But this move of government affected the unlawful activities badly at that time. Money laundering is another area which got affected by the demonetisation. Demonetisation made it easy for the income tax department to track the cash hence the illegal money laundering become more difficult.
The effect of demonetisation on the black money cannot be ignored as the money corrupted people lost at that time, they could not earn the same amount soon in near future. This black money used to have a strong impact on all the economy. Gold and real states are the two places where most of the black money is invested hence after the demonetisation we have seen a slope in the price of real state.
Another major effect of demonetisation we have observed that now people are more concerned about their income tax returns. Demonetisation forced people to use their Pan Card of a small transaction of 20K so now people know that the income tax department already has their details and hiding anything from IT Department can create a problem for them.
After demonetisation, the trend of the cashless transaction has increased. The cashless transaction is a transparent way of money transaction and in this method of money transaction, the buyer and supplier both cannot hide any detail from the income tax department.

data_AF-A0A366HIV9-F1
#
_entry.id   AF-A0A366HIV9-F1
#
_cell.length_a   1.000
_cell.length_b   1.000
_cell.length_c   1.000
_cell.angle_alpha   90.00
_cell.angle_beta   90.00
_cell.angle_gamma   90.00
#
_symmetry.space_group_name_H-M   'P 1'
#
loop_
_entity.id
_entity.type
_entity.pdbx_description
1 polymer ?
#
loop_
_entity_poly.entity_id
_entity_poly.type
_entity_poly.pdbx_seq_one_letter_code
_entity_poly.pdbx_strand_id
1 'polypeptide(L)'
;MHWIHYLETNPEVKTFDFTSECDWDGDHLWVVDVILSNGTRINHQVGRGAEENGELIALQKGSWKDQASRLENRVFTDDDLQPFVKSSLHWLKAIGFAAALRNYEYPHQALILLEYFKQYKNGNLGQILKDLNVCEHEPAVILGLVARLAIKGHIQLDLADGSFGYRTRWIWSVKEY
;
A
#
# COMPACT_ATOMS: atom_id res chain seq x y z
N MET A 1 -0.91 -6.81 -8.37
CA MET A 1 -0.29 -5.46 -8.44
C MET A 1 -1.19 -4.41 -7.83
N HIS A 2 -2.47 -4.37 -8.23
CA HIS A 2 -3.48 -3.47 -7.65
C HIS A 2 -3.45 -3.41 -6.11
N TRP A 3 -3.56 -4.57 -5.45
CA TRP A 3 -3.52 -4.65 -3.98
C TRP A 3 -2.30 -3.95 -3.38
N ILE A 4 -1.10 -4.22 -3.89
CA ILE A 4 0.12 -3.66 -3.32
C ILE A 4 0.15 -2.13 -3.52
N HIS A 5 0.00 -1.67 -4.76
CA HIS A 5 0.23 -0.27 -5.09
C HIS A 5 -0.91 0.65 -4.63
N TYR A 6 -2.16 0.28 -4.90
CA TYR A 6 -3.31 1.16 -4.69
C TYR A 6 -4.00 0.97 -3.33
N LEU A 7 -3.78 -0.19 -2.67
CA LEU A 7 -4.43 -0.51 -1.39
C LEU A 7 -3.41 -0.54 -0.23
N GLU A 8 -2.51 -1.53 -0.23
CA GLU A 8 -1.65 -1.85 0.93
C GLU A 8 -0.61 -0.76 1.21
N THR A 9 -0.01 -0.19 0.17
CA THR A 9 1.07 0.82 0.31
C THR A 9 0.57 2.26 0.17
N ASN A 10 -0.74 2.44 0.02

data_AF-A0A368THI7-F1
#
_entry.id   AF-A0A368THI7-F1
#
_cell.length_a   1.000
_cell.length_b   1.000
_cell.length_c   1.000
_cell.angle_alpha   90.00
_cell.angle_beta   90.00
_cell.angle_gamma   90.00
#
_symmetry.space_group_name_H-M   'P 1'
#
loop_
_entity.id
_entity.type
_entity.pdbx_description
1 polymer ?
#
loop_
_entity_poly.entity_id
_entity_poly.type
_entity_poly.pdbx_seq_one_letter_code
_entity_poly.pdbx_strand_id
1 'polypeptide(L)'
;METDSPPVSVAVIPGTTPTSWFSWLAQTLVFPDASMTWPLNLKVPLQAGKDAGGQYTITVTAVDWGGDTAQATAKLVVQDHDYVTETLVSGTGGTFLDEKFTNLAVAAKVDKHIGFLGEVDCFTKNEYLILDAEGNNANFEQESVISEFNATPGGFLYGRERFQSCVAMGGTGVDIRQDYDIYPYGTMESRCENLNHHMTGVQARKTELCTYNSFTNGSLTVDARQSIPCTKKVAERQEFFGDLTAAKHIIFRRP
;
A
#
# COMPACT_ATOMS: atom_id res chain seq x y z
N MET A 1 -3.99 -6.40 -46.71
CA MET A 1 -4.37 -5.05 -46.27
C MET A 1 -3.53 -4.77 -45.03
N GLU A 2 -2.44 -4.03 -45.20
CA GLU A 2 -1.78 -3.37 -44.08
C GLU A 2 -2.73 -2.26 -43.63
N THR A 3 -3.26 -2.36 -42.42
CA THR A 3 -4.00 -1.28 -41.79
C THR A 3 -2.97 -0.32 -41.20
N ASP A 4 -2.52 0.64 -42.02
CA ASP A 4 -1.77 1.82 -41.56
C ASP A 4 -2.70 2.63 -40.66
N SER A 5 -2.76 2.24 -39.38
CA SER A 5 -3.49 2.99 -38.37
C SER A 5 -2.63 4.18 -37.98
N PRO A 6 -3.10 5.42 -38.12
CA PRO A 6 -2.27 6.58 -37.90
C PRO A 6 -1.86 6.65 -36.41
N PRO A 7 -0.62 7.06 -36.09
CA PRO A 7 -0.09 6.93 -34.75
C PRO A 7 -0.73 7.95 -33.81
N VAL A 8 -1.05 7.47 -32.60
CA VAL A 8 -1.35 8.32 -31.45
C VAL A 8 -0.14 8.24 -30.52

Demerits of Demonetisation
As every coin has two sides so the demonetisation also has some merits and some demerits. This was a huge step of the government of India but it came so immediately that Indians got panicked when they come to know about the ban on 500 and 1000 rupees’ Indian currency.
In order to get rid of the demonetized currency of 500 and 1000, people became restless. Chaos and frenzy situation was very much visible in the banks and ATM’s. The newly launched currency had a different size so it could not fit in ATM Machines; it created more issues for the public.
The other disadvantage of demonetisation was the increased pressure of expenses on the government. Due to the printing of new currency and the destruction of the old currency government expense has increased. Demonetising the big currency and non-availability of new currency created a situation of a cash crunch in the country. This situation affected the small business so badly that a few of them could not handle the pressure and broke down.
Daily wage workers were among the most affected citizen of the country at the time of demonetisation. Due to a cash crunch, their employer could not pay them for their daily wages so either they have to stop working for a few days or they chose to work and receive the payment when the things will become fine. In all this chaos they could not fulfil the daily requirement of their family.
Demonetisation has its merits and demerits both and a few of them we have mentioned here. Many financial experts find it as a revolutionary step against black money and many others consider it as a failed experiment. Demonetisation caused a slowdown in the Indian economy for a few time but now the Indian economy not only doing well but became the fastest growing economy of the world.
Black money was the main target of demonetisation but according to the banks approx 99% of old currency has been deposited in banks so this step could target only a few amounts of black money. But its positive and long term effects can be seen as a more cashless transaction. Since the demonetisation, a rise can be seen in direct tax payments and e-returns of individual taxpayers.
So to conclude the effects of demonetisation on Indian economy we have to agree that it totally depends on you how you look at this step as a revolutionary and bold step or a failed experiment.